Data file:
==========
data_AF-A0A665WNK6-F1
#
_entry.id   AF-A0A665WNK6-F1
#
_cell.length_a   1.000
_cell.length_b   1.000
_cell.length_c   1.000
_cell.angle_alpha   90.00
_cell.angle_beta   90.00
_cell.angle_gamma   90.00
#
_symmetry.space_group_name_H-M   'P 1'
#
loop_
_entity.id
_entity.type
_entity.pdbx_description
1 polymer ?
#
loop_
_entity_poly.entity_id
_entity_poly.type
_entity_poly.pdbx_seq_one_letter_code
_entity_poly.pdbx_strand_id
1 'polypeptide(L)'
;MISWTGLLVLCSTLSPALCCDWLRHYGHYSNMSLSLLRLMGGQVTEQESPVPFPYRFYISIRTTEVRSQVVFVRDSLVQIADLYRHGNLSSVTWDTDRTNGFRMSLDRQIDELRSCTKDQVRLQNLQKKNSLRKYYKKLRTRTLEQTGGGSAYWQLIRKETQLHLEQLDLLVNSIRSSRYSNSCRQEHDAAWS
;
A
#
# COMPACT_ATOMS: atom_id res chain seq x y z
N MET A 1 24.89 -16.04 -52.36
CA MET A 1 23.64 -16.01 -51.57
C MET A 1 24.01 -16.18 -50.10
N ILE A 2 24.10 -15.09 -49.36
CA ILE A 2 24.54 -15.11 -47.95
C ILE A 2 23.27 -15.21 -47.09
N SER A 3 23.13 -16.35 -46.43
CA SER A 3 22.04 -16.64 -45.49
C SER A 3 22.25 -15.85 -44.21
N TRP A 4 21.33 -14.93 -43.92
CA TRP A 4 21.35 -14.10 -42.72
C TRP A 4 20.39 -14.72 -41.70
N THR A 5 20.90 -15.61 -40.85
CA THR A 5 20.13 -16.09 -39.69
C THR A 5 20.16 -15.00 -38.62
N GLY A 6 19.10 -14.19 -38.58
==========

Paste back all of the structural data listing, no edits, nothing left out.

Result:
data_AF-A0A665WNK6-F1
#
_entry.id   AF-A0A665WNK6-F1
#
_cell.length_a   1.000
_cell.length_b   1.000
_cell.length_c   1.000
_cell.angle_alpha   90.00
_cell.angle_beta   90.00
_cell.angle_gamma   90.00
#
_symmetry.space_group_name_H-M   'P 1'
#
loop_
_entity.id
_entity.type
_entity.pdbx_description
1 polymer ?
#
loop_
_entity_poly.entity_id
_entity_poly.type
_entity_poly.pdbx_seq_one_letter_code
_entity_poly.pdbx_strand_id
1 'polypeptide(L)'
;MISWTGLLVLCSTLSPALCCDWLRHYGHYSNMSLSLLRLMGGQVTEQESPVPFPYRFYISIRTTEVRSQVVFVRDSLVQIADLYRHGNLSSVTWDTDRTNGFRMSLDRQIDELRSCTKDQVRLQNLQKKNSLRKYYKKLRTRTLEQTGGGSAYWQLIRKETQLHLEQLDLLVNSIRSSRYSNSCRQEHDAAWS
;
A
#
# COMPACT_ATOMS: atom_id res chain seq x y z
N MET A 1 24.89 -16.04 -52.36
CA MET A 1 23.64 -16.01 -51.57
C MET A 1 24.01 -16.18 -50.10
N ILE A 2 24.10 -15.09 -49.36
CA ILE A 2 24.54 -15.11 -47.95
C ILE A 2 23.27 -15.21 -47.09
N SER A 3 23.13 -16.35 -46.43
CA SER A 3 22.04 -16.64 -45.49
C SER A 3 22.25 -15.85 -44.21
N TRP A 4 21.33 -14.93 -43.92
CA TRP A 4 21.35 -14.10 -42.72
C TRP A 4 20.39 -14.72 -41.70
N THR A 5 20.90 -15.61 -40.85
CA THR A 5 20.13 -16.09 -39.69
C THR A 5 20.16 -15.00 -38.62
N GLY A 6 19.10 -14.19 -38.58